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'Slim chance of surviving': Point Roberts chamber pens dire letter as border restrictions continue

The exclave continues to suffer as the U.S. is unlikely to allow Canadians to cross the border for nonessential travel until at least late October.

POINT ROBERTS, Wash. — The Biden Administration announced Monday it would be allowing foreign travelers fully vaccinated against COVID-19 to once again fly into the U.S. for nonessential purposes, but the rule won’t take effect until at least “early November.”

For those traveling by car over the northern and southern borders, the closure was extended from Sept. 21 to Oct. 21.

In response to the news, the Point Roberts Chamber of Commerce wrote a dire letter, saying the continued restrictions for even another month dealt “a crushing blow to residents and businesses in Point Roberts.”

The small American exclave is surrounded by water on three sides and is 50 miles from the nearest U.S. city of Bellingham. It can only be accessed by land via Canada and two international border crossings.

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Point Roberts didn’t find any relief in August when Canada opened its borders to vaccinated American citizens for nonessential travel, a move still unreciprocated by its neighbor to the south. The eased restrictions only resulted in further complications in travel rules, but business was not significantly improved, if at all.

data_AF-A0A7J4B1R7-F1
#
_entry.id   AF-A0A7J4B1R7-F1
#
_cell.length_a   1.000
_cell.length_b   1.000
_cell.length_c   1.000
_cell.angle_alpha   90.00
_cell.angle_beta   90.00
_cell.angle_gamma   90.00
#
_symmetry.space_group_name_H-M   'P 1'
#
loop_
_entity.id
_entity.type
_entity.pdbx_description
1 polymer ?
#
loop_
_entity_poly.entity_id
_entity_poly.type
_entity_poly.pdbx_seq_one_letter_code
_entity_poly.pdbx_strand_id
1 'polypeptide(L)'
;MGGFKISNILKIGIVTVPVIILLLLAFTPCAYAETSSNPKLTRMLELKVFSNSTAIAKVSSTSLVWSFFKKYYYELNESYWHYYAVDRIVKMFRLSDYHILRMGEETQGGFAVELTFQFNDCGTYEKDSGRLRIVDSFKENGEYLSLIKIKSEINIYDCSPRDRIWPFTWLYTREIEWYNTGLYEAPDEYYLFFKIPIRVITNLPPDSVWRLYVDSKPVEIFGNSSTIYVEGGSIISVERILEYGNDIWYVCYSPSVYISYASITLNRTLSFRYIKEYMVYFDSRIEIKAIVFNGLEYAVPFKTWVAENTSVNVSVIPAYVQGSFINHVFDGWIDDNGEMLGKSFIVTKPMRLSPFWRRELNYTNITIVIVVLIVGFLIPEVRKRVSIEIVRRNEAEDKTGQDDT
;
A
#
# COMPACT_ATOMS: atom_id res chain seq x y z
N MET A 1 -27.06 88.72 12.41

Point Roberts resident and Chamber of Commerce President Brian Calder said the kind of one-way border crossing issue hurt his town even more since it allowed the American residents to go shop to the north.

The chamber wrote in its letter that 85% of the Point’s economy relies on business from Canadians. However, after being isolated from both Canada and the rest of the U.S. for 554 days, the chamber said “the situation is desperate.”

“I didn’t realize there was another level below bottom, but it’s found us!” Calder wrote in the chamber’s letter. “We have lost residents, businesses and workers. It’s just not financially viable for a business to last three years with their books in the red. We are officially in crisis mode.”

The town’s only grocery store, the International Marketplace, was saved from being forced to close after Washington state awarded it a $100,000 grant.

The chamber’s letter said there is now virtually nowhere else in the town residents can buy a meal.

Calder continued, “We cannot wait any longer,” adding that, according to Canada’s data, more than 88% of eligible Canadians in British Columbia have initiated their COVID-19 vaccination.

“We need to start making plans to get out of this hole, but we are hamstrung by a government that refuses to acknowledge that the hole exists! President Biden, open our border!” Calder wrote.

When the border closure was extended Monday, Washington Congresswoman Suzan DelBene lashed out at the Biden Administration, calling the continued closure a “disservice to families and businesses” along the border, and demanded the White House to “take immediate steps” to reopen the border to vaccinated Canadians.

On Monday, the Washington State Department of Commerce announced a new grant program for businesses hurt by the border closure.

Applications for a Working Washington grant will be open from Oct. 4-18, and grants will be for up to $50,000.

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